Friday, October 28, 2005

untitled sad piece of wool in the snow

And so we reached the end. Thanks for listening and don't forget to go to the wrap-up party Darklight After Party at 4 Dame lane. Featuring DECAL plus awards ceremony for the Nokia/Darklight Pocket Movie Challenge. YOSH!

The Panel 2: Alan Toner

Tying into earlier discussions, Mr Toner returned to the notion of p2p file sharing and internet broadcasts. He warned that even approaching from a non-commercial POV, one must keep an eye on costs, or risk losing their work. He discussed three essential criteria for networks and content: first, producing a competitive piece of media; second, robustness in case of technical failure and legal attack; third, availability.

The solutions developed have ironically come from the world of piracy. p2p has allowed for a grassroots movement of video distribution to sprout up through New Global Visions, particularly useful for people trying to find specific information files. E-Donkey is another superior program for such downloading, due to ensuring a persistent network presence. NGV has also made a big push in the Creative Commons, with over 150 films free and ready to download, in five languages, as well as numerous links to public domain materials and films. Emphasis was also placed on V2V, as a resource for incomplete projects which can be shared and re-edited.

He finished by echoing previous speakers hopes that although we hear continually about people using p2p being prosecuted, we're headed to a turning point where the conglomerates will adapt the system and it will eventually become the norm.

Post your questions and comments to the blog

We encourage you all to submit on-going questions and commentsto the Darklight Blog:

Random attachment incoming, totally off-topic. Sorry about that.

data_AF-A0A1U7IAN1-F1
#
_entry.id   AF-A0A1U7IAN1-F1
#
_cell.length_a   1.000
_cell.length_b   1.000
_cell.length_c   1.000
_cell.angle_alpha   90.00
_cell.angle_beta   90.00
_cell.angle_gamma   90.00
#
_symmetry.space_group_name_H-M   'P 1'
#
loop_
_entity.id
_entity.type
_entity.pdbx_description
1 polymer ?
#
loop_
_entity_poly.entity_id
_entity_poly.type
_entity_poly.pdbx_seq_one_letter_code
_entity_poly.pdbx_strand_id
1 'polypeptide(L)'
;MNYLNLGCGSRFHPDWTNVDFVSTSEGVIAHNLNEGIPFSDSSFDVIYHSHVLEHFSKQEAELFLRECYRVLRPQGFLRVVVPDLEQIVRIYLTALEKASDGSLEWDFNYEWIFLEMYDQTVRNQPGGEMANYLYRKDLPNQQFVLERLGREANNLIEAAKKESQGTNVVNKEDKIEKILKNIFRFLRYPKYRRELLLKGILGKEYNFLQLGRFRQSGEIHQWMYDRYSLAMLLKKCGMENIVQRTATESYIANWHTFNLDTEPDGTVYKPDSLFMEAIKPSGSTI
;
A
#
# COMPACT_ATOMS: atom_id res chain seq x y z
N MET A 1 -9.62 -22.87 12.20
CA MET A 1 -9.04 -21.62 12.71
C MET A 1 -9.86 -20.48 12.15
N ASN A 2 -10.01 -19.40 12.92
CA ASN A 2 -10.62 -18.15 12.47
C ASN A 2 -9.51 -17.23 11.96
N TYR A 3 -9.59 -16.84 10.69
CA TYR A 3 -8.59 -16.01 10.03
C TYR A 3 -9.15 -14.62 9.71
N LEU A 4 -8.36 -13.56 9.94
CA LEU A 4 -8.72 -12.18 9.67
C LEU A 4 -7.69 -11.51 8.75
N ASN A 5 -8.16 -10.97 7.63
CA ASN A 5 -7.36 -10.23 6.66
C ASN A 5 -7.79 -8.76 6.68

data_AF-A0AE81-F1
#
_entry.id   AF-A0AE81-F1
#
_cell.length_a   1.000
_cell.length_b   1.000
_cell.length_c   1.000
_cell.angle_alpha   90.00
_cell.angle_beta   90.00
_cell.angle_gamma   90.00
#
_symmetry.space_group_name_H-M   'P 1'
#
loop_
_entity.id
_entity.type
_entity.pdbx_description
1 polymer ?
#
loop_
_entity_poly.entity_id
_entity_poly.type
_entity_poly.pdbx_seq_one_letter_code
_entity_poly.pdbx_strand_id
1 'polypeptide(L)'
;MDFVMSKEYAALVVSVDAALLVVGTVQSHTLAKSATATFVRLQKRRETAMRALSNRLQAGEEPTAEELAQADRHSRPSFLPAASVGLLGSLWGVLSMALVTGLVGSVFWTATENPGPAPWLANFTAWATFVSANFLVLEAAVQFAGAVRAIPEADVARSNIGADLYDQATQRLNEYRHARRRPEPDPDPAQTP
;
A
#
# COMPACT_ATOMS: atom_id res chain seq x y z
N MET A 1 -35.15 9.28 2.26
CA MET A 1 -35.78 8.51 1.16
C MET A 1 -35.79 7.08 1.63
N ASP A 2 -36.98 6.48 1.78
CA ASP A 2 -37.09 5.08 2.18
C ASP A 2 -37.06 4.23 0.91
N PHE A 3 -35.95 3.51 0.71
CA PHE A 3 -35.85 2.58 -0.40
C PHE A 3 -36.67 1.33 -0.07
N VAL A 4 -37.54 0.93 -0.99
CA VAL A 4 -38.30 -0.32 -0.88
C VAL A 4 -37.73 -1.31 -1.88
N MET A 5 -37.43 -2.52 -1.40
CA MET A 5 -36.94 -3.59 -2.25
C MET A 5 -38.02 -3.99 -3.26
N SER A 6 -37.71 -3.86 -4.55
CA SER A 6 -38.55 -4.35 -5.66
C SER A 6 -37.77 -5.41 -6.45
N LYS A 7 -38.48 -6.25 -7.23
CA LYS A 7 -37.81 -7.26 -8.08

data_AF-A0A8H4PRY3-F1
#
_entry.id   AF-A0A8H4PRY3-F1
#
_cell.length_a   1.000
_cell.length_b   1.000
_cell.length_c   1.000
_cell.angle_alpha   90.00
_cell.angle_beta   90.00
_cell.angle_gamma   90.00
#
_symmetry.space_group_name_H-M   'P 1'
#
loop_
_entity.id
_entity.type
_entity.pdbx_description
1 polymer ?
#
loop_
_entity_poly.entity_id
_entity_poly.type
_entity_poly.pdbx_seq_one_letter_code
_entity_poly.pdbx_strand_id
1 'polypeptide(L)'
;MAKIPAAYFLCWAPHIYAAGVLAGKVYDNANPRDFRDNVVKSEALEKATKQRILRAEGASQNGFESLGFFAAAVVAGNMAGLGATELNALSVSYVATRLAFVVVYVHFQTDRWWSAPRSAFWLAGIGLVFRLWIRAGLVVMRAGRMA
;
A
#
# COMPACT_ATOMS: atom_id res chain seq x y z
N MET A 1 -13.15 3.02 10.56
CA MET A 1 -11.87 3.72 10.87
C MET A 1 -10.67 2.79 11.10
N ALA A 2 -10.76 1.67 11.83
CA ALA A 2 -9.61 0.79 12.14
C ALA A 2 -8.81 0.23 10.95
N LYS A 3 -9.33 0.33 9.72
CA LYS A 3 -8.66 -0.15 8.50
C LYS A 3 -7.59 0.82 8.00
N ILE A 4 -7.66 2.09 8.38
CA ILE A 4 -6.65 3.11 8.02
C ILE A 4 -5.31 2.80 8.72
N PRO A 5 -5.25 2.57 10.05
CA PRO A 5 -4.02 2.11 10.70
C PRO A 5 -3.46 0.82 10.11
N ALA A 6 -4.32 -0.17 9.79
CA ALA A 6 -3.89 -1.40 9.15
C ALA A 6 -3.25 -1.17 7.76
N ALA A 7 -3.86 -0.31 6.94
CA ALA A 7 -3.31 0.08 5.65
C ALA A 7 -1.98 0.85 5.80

http://darklightfestival.blogspot.com/

to join the blog and get posting access, you can email jessie@darklight-filmfestival.com right now!

Panel 2 Q&A

Q. If people are going to have their phone turned on and absorbed into an ad hoc network, there should be some sort of reward or benefit--

Tim Forde: The problem is that is a completely different business model, which is anathema to the existing companies.

Q. On the alternative business models, I'm in the process of putting a business plan together, but there are none that exist to my knowledge, if you'd know of any...

TF: I'm afraid not.

Q. What is the position of RTE making the archives available to download?

Anne O'Connor: We have actually something in place and started - we have a deal in place with the producers for materials, and so much of the material is already on digital already. On the website, we have clips etc - its not ideal, but it's a start. But we've started and we'll continue.

Q. The RTE website is vey disappointing - not a personal criticism - the audio archives, for example, are badly edited.

A O'C: Under the legislature, we cannot use public or commercial money on the website. The website can only be funded by itself - that means it has to make money, hence the advertisements, and the poor editing. I agree with you, but there are reasons.

Q. As I understand it, RTE automatically takes all of the rights for exploitation from Independent Producers, even on the website. Is there any plans to adopt the BBC modelof rights-sharing?

A O'C: All I can say is that RTE is undergoing a lot of change, particularly in the interactive sector. I am optimistic, however.

The Panel 2 - Tim Forde

Present in place of Linda Doyle, who was unfortunately unable to attend, Mr Forde discussed the nature of Ad Hoc (or self-configuring) Networks. A newer form, they require an alternate infrastructure to what's in place currently. Whereas existings systems are hierarchial and high cost with the users present solely at the end, Ad Hoc networks are composed of various technologies - TVs, computers, mobiles, etc. Far more flexible, they are designed to be mobile, thanks to wireless technology which is quickly increasing in quaity and range, to say nothing of a standardised international charge rate (unlikely the fudged standards of 3G). The absence of central control is relaced by a distributed decision making system, with each user allowed input.` The main joy, Mr Forde concluded on, is that it's a DIY effort - the network is yours, and you no longer need to depend on an inferior ISP.

The Panel 2: Dr Anne O'Connor